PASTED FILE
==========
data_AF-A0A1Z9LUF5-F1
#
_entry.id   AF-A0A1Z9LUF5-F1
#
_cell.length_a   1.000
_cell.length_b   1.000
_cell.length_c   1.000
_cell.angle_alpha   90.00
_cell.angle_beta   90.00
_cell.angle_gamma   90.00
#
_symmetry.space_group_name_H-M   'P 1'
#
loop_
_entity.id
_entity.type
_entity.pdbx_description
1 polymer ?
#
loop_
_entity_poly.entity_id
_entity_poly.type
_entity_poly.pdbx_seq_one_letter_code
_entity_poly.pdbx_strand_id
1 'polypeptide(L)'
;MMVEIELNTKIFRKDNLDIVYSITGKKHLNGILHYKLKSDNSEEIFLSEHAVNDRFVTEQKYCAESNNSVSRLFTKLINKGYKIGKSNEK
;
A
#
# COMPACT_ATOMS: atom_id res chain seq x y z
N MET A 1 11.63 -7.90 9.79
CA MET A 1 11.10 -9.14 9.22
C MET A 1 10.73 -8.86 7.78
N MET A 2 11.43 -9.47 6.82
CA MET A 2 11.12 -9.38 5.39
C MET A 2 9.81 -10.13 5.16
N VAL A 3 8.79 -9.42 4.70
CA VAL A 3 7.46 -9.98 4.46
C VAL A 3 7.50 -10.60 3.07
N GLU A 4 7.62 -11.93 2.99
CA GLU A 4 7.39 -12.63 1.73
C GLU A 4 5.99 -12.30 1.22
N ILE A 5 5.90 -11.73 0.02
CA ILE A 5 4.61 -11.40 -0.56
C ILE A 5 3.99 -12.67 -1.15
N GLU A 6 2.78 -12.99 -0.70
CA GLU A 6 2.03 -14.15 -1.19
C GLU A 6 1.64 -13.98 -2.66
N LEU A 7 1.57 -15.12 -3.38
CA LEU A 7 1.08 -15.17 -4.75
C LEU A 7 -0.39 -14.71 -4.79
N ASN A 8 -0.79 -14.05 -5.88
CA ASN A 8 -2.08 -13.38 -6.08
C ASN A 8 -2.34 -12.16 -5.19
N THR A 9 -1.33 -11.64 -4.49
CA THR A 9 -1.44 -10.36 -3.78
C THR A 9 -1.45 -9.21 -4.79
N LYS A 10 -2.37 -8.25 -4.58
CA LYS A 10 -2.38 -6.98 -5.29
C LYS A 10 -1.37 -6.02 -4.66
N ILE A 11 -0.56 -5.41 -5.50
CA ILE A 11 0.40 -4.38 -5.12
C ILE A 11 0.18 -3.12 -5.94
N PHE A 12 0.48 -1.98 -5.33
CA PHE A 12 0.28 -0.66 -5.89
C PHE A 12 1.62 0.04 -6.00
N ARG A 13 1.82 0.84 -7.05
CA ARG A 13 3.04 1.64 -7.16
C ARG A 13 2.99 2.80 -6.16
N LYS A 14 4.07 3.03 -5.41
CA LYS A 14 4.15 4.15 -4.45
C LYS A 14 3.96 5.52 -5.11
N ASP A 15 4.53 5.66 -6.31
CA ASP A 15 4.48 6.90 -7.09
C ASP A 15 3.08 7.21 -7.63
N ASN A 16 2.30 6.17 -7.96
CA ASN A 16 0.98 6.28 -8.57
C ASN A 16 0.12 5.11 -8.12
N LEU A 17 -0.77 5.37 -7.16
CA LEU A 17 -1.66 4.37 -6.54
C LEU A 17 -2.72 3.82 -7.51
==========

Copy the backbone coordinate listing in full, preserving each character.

data_AF-A0A1Z9LUF5-F1
#
_entry.id   AF-A0A1Z9LUF5-F1
#
_cell.length_a   1.000
_cell.length_b   1.000
_cell.length_c   1.000
_cell.angle_alpha   90.00
_cell.angle_beta   90.00
_cell.angle_gamma   90.00
#
_symmetry.space_group_name_H-M   'P 1'
#
loop_
_entity.id
_entity.type
_entity.pdbx_description
1 polymer ?
#
loop_
_entity_poly.entity_id
_entity_poly.type
_entity_poly.pdbx_seq_one_letter_code
_entity_poly.pdbx_strand_id
1 'polypeptide(L)'
;MMVEIELNTKIFRKDNLDIVYSITGKKHLNGILHYKLKSDNSEEIFLSEHAVNDRFVTEQKYCAESNNSVSRLFTKLINKGYKIGKSNEK
;
A
#
# COMPACT_ATOMS: atom_id res chain seq x y z
N MET A 1 11.63 -7.90 9.79
CA MET A 1 11.10 -9.14 9.22
C MET A 1 10.73 -8.86 7.78
N MET A 2 11.43 -9.47 6.82
CA MET A 2 11.12 -9.38 5.39
C MET A 2 9.81 -10.13 5.16
N VAL A 3 8.79 -9.42 4.70
CA VAL A 3 7.46 -9.98 4.46
C VAL A 3 7.50 -10.60 3.07
N GLU A 4 7.62 -11.93 2.99
CA GLU A 4 7.39 -12.63 1.73
C GLU A 4 5.99 -12.30 1.22
N ILE A 5 5.90 -11.73 0.02
CA ILE A 5 4.61 -11.40 -0.56
C ILE A 5 3.99 -12.67 -1.15
N GLU A 6 2.78 -12.99 -0.70
CA GLU A 6 2.03 -14.15 -1.19
C GLU A 6 1.64 -13.98 -2.66
N LEU A 7 1.57 -15.12 -3.38
CA LEU A 7 1.08 -15.17 -4.75
C LEU A 7 -0.39 -14.71 -4.79
N ASN A 8 -0.79 -14.05 -5.88
CA ASN A 8 -2.08 -13.38 -6.08
C ASN A 8 -2.34 -12.16 -5.19
N THR A 9 -1.33 -11.64 -4.49
CA THR A 9 -1.44 -10.36 -3.78
C THR A 9 -1.45 -9.21 -4.79
N LYS A 10 -2.37 -8.25 -4.58
CA LYS A 10 -2.38 -6.98 -5.29
C LYS A 10 -1.37 -6.02 -4.66
N ILE A 11 -0.56 -5.41 -5.50
CA ILE A 11 0.40 -4.38 -5.12
C ILE A 11 0.18 -3.12 -5.94
N PHE A 12 0.48 -1.98 -5.33
CA PHE A 12 0.28 -0.66 -5.89
C PHE A 12 1.62 0.04 -6.00
N ARG A 13 1.82 0.84 -7.05
CA ARG A 13 3.04 1.64 -7.16
C ARG A 13 2.99 2.80 -6.16
N LYS A 14 4.07 3.03 -5.41
CA LYS A 14 4.15 4.15 -4.45
C LYS A 14 3.96 5.52 -5.11
N ASP A 15 4.53 5.66 -6.31
CA ASP A 15 4.48 6.90 -7.09
C ASP A 15 3.08 7.21 -7.63
N ASN A 16 2.30 6.17 -7.96
CA ASN A 16 0.98 6.28 -8.57
C ASN A 16 0.12 5.11 -8.12
N LEU A 17 -0.77 5.37 -7.16
CA LEU A 17 -1.66 4.37 -6.54
C LEU A 17 -2.72 3.82 -7.51